It's the little things... our son very much likes his one on one time with his parents so I could imagine he would love something like this!

My advice (and I wish we did it with our girls on their first visit)…1 parent goes into the MK near the flag pole and take the picture of their faces upon seeing the castle for the first time…trust me, you will cherish that photo for the rest of your life!!

This is amazing!!! we have friends going with us who don't have kids so hopefully they agree to do this!!
We took our daughter at exactly this age for her first trip and it was really amazing even though we were dumb and went Christmas day 😂

- buy princess dresses from Amazon. They're cheaper BUT also they're stretchy and they're breathable and so they last longer and they're way more comfortable for the parks

- be totally flexible. Have a touring plan but knows that things WILL come up. We rode dumbo and then we tried to ride Winnie the Pooh and it freaked her out so much she not only wouldn't get on that ride but she wouldn't get on any other ride the rest of the trip. It was three days of meeting princesses and watching parades and then we had to take turns doing anything else

-bring twice as many snacks as you think you'll need. Sure you'll buy a lot of food there but when you have a mid ride melt down you'll be so grateful you have a bag of goldfish on you

- have a canvas tote you can leave in the stroller for those snacks. You won't need the stroller the whole time. You can park it and then explore the area so you can leave drinks and snacks in the bottom and not have to lug those around. Saves your back. You want it in a tote because you have to fold the stroller for transportation and keeping it in a bag makes it easy to just pull it out quickly and fold it up

-go in with a game plan about souvenirs. We told A she could have one toy every day and we've kept that tradition through the years and maybe that's expensive but man it's saved us from a lot of whining and begging in the stores and as we've walked by the shops. A lot of parents give their kids gift cards too but I found at this age it was too abstract for her to understand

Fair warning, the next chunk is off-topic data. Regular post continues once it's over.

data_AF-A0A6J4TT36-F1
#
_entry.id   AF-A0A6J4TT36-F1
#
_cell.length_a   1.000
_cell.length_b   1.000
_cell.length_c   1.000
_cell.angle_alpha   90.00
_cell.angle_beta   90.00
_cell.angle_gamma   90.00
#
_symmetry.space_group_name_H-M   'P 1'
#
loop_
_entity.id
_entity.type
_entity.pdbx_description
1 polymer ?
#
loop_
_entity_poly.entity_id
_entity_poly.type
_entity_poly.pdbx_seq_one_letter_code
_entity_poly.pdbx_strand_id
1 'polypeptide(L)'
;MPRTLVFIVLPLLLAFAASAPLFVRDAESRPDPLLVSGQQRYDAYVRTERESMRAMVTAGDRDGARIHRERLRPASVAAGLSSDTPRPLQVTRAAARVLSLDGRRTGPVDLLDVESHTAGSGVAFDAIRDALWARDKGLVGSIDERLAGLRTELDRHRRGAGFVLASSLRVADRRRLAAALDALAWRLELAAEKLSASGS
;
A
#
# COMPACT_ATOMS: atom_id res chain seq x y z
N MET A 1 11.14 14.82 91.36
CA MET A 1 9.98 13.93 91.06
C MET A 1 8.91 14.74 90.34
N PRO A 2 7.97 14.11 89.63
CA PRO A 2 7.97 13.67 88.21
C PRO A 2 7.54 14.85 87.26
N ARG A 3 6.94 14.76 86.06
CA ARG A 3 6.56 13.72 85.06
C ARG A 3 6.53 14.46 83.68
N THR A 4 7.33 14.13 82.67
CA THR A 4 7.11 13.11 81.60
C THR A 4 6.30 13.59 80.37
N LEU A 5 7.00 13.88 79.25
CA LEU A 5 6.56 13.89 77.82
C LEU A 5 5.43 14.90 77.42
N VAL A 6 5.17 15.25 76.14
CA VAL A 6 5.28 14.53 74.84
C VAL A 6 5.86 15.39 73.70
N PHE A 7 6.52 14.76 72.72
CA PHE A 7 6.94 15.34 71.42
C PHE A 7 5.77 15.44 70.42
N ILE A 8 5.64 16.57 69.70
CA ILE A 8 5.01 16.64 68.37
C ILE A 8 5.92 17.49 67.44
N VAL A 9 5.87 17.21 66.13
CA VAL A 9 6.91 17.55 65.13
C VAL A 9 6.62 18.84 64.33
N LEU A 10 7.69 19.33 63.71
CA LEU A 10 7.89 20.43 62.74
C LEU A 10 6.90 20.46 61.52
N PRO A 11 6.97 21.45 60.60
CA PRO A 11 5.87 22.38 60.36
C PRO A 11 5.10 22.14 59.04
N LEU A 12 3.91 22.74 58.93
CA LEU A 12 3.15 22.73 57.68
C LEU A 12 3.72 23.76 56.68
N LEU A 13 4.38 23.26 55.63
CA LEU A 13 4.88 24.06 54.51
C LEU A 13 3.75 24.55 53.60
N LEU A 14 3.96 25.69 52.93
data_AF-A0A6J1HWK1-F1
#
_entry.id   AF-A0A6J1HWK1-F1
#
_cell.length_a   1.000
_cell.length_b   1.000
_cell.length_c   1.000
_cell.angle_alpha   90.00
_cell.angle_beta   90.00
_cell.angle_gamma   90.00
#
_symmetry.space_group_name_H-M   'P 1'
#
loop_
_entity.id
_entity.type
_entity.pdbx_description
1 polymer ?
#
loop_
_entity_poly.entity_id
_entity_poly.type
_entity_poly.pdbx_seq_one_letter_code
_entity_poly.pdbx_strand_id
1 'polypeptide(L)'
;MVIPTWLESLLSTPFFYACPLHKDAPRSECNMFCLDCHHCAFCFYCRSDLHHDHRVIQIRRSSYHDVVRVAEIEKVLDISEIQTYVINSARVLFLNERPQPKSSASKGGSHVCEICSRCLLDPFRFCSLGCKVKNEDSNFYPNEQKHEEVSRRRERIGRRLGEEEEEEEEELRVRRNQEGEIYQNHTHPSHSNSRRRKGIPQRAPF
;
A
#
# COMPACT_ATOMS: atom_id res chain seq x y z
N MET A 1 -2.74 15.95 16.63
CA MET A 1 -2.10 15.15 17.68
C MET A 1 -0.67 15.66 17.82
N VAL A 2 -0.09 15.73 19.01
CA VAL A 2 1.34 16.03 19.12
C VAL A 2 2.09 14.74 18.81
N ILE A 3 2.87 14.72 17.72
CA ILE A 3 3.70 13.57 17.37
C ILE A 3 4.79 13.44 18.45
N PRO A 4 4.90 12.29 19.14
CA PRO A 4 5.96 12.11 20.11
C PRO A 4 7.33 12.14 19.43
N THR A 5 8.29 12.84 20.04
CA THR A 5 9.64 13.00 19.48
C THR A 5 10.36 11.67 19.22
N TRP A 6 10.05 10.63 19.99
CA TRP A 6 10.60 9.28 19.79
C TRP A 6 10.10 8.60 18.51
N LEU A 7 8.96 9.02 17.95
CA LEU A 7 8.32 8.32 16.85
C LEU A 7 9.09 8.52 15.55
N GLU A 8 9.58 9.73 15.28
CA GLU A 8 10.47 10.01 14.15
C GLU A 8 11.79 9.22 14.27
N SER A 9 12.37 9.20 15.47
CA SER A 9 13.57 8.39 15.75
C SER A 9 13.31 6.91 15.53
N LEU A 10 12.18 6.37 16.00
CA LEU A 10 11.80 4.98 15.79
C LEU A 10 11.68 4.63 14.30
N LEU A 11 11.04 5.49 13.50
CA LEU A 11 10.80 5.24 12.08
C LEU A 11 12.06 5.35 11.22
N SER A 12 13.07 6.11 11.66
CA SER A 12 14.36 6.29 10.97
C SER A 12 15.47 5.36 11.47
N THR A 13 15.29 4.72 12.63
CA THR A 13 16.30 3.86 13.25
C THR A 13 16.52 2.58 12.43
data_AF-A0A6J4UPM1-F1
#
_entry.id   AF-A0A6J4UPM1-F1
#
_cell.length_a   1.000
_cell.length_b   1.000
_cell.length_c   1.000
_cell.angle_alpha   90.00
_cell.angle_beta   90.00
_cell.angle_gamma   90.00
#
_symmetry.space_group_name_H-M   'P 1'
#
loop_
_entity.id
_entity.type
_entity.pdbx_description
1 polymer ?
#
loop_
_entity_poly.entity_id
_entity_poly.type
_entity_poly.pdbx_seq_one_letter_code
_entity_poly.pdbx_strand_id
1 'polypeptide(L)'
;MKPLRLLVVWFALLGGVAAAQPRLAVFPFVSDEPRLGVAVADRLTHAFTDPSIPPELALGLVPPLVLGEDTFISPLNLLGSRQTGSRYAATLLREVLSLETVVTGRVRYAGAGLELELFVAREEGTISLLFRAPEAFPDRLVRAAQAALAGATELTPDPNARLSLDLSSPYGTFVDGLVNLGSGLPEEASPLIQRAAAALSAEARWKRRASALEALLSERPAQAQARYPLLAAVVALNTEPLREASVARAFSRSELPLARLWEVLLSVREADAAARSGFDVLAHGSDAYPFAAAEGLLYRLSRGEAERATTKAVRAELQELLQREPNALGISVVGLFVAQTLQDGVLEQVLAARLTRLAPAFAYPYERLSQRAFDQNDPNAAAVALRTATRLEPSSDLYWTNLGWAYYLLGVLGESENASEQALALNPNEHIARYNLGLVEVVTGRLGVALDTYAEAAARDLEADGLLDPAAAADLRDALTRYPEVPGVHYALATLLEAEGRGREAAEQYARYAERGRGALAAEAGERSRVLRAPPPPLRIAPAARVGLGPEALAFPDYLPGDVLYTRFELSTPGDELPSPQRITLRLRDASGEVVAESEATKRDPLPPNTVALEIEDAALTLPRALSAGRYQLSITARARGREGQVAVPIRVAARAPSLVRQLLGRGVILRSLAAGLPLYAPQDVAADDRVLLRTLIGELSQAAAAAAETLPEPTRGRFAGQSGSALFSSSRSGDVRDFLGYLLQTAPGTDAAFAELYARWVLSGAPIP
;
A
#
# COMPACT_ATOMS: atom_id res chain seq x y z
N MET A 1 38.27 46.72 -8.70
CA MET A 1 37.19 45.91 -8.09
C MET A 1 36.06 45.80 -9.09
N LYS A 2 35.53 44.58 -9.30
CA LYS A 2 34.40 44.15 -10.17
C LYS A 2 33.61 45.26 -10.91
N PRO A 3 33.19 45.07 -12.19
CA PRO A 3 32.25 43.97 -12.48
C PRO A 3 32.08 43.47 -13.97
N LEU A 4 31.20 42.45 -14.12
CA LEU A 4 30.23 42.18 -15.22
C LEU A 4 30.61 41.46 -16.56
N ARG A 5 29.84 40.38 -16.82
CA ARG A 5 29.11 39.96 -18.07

no princess dresses for us as we have a little boy.. I am a planner so it will be difficult to be flexible lol but in reality I know that when a toddler is concerned the best laid plans can go up in smoke in an instant! I'd not considered extra snacks for ride lines etc... thats a good shout! and i don't think you are unreasonable with the souvenir's and I like the one a day aspect of it!

We’ve traveled with kids of all ages. Almost 3 is a great age for a first trip. Take it easy and do the things kiddo likes. At 18 months my daughter LOVED dumbo. So we did that lots of times. At almost 3 my son was obsessed with tower of terror (he was tall), so we did a lot of that. The kids also really really enjoyed boat rides from MK to Fort Wilderness and back. Riding the monorail. Riding the skyliner. So when they seem overwhelmed or too exhausted these can be good.

@dryerlintfan is 100% right about snacks and strollers and stuff, so I’m just going to say follow that lead. Though we prefer a backpack to a canvas bag.

I’ll add that extra (dry) socks and shoes are good. Kids with blisters or soggy feet aren’t happy kids. And a rain cover for the stroller and extra ponchos are helpful in September.

I'd not thought about doing the boat rides etc... simple things that a toddler will love or are more just a bit of downtime! Good call on extra socks and shoes!!

Some great advice and greatly appreciated from everybody... honestly so excited about it!!
 
Upvote 0

Weather_Lady

Well-Known Member